Greens rule out government talks with Fianna Fáil or Fine Gael
‘We will not be engaging in anything other than discussions for a unity or national government’
Green whip Neasa Hourigan was adamant that the party decision was final. File photograph: Dara Mac Dónaill
The Green Party has categorically ruled out any government formation talks with Fianna Fáil and Fine Gael as the Covid-19 crisis continues.
Neasa Hourigan, the Greens’ whip and finance spokeswoman, said the focus of politicians should now be “completely on public health and safety”.
“We have reached a very clear decision and consensus [within the Greens] that we will not be engaging in anything other than discussions for a unity or national government,” Ms Hourigan said.
She was adamant the decision was final. “We have decided as a group there will be no other type of decision from our side,” she said.
Ms Hourigan said the party has rejected the option of a narrower coalition involving Fianna Fáil and Fine Gael, or with Independents. She also said the party has come to the view that all the current key Ministers should remain in place, as it believed introducing new ministers at this time would be counterproductive.
The other parties in government would be contributing to a unity or national government largely from outside key ministries under the scenario being put forward by the Greens.
“We have been trying to do is craft a proposal for national government or unity government,” Ms Hourigan, a TD for Dublin Central, said.
“We have looked at different systems such as D’Hondt and a matrix [systems for allocating ministries according to party strength].
“We will have to find a version that works for everyone. We are open to more stakeholder versions. Changing ministers at this moment might be problematic.”
She said civil servants were “already stretched to the limit” and so the idea of introducing a new minister in charge of a Government Department would be counterproductive.
“That is a recognition that to be changing people around now is not where we should be focusing our energy. The apparatus of government is working. Good work is being done at the moment.
“Bringing new people in is not the best option in our opinion.”
Setting out the party’s opposition to coalition talks with Fianna Fáil and Fine Gael, Ms Hourigan said forming such a government would be disruptive and would run counter to dealing with the national emergency caused by Covid-19.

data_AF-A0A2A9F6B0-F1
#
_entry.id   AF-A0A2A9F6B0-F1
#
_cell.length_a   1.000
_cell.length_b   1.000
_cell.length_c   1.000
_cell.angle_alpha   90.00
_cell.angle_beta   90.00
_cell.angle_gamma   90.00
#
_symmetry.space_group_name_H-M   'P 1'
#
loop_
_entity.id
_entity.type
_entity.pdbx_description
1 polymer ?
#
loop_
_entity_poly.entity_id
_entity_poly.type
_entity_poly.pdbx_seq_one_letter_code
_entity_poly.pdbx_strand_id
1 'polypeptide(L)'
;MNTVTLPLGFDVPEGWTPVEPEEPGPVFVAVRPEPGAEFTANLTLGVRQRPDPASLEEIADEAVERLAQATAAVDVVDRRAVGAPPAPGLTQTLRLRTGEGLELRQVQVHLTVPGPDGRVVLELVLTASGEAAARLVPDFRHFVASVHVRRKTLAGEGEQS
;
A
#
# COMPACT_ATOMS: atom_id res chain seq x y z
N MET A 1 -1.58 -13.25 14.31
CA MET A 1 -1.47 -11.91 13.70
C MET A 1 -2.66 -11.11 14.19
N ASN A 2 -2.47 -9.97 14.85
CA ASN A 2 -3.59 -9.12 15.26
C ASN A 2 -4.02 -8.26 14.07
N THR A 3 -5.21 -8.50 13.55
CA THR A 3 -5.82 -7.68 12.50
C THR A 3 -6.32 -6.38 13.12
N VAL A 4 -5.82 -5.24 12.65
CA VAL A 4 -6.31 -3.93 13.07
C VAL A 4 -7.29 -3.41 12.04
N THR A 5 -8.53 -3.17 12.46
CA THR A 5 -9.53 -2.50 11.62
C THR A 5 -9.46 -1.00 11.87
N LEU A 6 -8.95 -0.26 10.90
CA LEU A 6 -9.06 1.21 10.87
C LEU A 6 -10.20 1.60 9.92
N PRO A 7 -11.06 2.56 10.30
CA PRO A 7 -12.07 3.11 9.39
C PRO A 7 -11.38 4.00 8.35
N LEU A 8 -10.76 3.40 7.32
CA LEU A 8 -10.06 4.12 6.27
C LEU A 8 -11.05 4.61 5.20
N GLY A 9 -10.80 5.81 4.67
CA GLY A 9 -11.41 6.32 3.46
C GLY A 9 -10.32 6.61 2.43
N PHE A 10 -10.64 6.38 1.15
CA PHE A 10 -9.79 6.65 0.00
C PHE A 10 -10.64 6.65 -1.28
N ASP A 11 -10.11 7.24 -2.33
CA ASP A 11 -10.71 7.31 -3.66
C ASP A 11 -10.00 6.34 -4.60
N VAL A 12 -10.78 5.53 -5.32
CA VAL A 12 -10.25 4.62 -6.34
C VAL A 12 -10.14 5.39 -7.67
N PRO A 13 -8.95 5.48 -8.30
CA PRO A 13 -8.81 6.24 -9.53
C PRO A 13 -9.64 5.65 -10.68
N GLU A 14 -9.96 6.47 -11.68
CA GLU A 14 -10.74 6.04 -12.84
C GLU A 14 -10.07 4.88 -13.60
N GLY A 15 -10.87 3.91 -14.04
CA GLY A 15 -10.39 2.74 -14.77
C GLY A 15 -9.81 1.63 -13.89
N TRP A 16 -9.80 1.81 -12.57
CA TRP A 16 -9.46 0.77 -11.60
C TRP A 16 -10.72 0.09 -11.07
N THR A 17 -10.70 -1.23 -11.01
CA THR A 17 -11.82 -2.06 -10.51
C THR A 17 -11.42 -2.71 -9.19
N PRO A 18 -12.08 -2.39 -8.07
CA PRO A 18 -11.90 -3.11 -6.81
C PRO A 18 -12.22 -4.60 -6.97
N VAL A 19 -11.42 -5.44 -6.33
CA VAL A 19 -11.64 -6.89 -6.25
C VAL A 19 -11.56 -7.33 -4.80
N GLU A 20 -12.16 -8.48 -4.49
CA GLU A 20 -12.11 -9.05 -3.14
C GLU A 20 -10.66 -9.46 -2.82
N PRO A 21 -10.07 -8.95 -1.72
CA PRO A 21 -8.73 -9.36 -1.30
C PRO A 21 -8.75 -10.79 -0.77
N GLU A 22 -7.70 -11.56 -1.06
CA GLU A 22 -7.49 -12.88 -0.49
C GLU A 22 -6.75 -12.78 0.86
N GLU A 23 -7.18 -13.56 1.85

There has also been strong internal opposition to such a government among the Green membership on the basis that it would not sufficiently reflect the change agenda expressed by voters in the General Election on February 8th.
Ms Hourigan has said the party has been working behind the scenes on its proposal and has had informal discussions with other parties, including Sinn Féin and the Social Democrats. No substantive discussions have taken place with either Fianna Fáil or Fine Gael in the past 10 days.
She said if Ministers remained in place, such an administration would have to include input from all parties before key decisions were made, to ensure that there was broad national agreement on policy and strategy in dealing with the Covid-19 pandemic in Ireland.
She said there a time limit would be necessary on such an administration to coincide with the end of the crisis. “At this moment it looks more six months than three months. It’s something that could be reviewed and we could see where we are when we get there,” she said.
Sinn Féin has in the past week signalled a willingness to explore the idea of a unity or national government during the course of the crisis. A party source said on Wednesday it was not the party’s preferred option but we are “not fundamentally opposed to it and we are willing to talk to people about it”.
The source said Sinn Féin did not think it was a likely scenario, as the indications were Fine Gael and Fianna Fáil would strive for an agreement, even in the absence of the Greens.